One line that killed TV icon’s career
ICONIC US sportscaster Bob Costas has fired another shot after his shaky with TV giant NBC, accusing the network of dropping the sword on him over a comment made exposing a harsh truth about American football.
Costas' 40-year career in front of the camera saw him become the equivalent of America's Bruce McAvaney - a respected voice on all things sport echoing over multiple generations.
But his career took an unexpected turn in November 2017 after making controversial comments on the "nature of football" at a sporting symposium.
"The reality is that this game destroys people's brains - not everyone's, but a substantial number," Mr. Costas said University of Maryland. "It's not a small number, it's a considerable number. It destroys their brains."
The comments went viral overnight, much to his employer's distaste.
Costas' candid take came in the wake of the eye-opening 2015 film Concussion, which pointed to the devastating effects head knocks can have on professional football players. The issue of players' welfare had become the elephant in the room for the NFL and Costas was rocking the boat a little too hard for NBC - which has a whopping $12.7 billion (AUD) partnership with the league.
"I think the words were, 'You've crossed the line'," Costas said, recalling a text sent by NBC executive producer Sam Flood. "And my thought was, what line have I crossed?"
NBC rushed to put out the fire, releasing a statement shortly after: "Bob's opinions are his own, and they do not represent those of the NBC Sports Group."
Conveniently, Costas announced he'd be stepping down from the network's coverage of Super Bowl LII, which was just three months away. The 66-year-old initially played ball and shrugged off his departure, insisting he was "happy about it" and that the decision was "mutually agreeable".
But in a recent interview with ESPN, Costas admitted the abrupt decision was made by NBC solely because of his Maryland rant and cruelly ended his relationship with American football on the spot.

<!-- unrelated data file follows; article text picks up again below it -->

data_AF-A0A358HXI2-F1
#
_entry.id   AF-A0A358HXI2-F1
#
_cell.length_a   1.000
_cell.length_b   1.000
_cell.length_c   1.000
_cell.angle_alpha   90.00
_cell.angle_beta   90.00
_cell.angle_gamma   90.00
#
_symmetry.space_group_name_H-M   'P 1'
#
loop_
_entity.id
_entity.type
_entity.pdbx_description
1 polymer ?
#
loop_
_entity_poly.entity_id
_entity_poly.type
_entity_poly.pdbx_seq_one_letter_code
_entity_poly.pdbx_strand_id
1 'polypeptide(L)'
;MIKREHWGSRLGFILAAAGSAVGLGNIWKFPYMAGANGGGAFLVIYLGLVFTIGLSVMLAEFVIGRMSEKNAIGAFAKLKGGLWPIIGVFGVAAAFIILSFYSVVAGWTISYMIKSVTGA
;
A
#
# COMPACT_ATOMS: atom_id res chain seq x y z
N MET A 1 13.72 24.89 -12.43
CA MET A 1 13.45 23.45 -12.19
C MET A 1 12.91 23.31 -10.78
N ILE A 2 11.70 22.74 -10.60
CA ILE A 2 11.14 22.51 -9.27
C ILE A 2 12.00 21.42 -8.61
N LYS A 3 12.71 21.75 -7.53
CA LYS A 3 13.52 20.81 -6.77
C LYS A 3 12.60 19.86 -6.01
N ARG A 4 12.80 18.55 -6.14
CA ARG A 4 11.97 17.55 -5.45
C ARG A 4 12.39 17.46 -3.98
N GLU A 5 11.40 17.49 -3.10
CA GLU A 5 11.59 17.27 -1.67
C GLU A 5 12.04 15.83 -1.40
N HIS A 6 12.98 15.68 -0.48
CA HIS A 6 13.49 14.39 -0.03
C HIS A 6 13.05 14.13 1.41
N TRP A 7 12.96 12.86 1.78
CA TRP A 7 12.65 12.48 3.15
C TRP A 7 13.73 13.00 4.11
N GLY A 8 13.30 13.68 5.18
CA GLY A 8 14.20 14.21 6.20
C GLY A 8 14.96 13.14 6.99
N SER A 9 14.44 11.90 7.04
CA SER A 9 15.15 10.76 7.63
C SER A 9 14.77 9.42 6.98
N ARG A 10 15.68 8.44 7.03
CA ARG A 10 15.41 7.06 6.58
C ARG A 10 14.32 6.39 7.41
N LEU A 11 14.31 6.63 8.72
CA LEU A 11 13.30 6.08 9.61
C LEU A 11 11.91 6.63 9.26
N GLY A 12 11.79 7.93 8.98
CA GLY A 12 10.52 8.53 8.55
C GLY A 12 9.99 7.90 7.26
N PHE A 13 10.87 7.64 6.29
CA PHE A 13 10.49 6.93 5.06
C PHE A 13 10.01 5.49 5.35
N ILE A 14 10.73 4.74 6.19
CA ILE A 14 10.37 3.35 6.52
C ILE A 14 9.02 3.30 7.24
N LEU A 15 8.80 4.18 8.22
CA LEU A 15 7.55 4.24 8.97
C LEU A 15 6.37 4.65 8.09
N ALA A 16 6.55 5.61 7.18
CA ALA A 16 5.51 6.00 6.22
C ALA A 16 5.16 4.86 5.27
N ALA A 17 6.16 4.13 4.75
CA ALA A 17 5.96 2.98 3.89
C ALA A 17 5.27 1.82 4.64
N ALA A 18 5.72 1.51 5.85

"I remember being told: 'now I can no longer host the Super Bowl'," he said. "I remember reminding them of things going back to the 90s, of what I had done and what credibility I had to comment on these things. They said 'you're right, but this puts things into an untenable position for us. So you can't do the Super Bowl'."
"So, I guess the NBC is not sure that there's a connection between football and brain trauma?" Costas jabbed. "I imagine the next press release is going to be 'it's still open to question whether or not the Earth is round or flat'.
"Look, the NFL. isn't just the most important sports property, it's the single most important property in all of American television," Costas said. "And it isn't even close."
The topic of concussions in contact sport in Australia has also grown legs in recent years. A recent study revealed 177 of 202 former football players had Chronic Traumatic Encephalopathy (CTE), which is responsible for memory loss, confusion, impaired judgment, impulse control problems, aggression, depression, anxiety, suicidal thoughts and progressive dementia.
A media release from Concussion in Sport Australia revealed its toolkit ahead of the 2019 football season, urging to coaches at all levels to take concussion seriously.
"There is growing concern in Australia and internationally about the incidence of sport-related concussion and the potential health ramifications for athletes at all levels of sport," said AIS Chief Medical Officer Dr David Hughes.
"The website provides a valuable and trusted resource for the management of sports-related concussion for all Australians, regardless of the sport, location or level of participation," Dr Hughes said.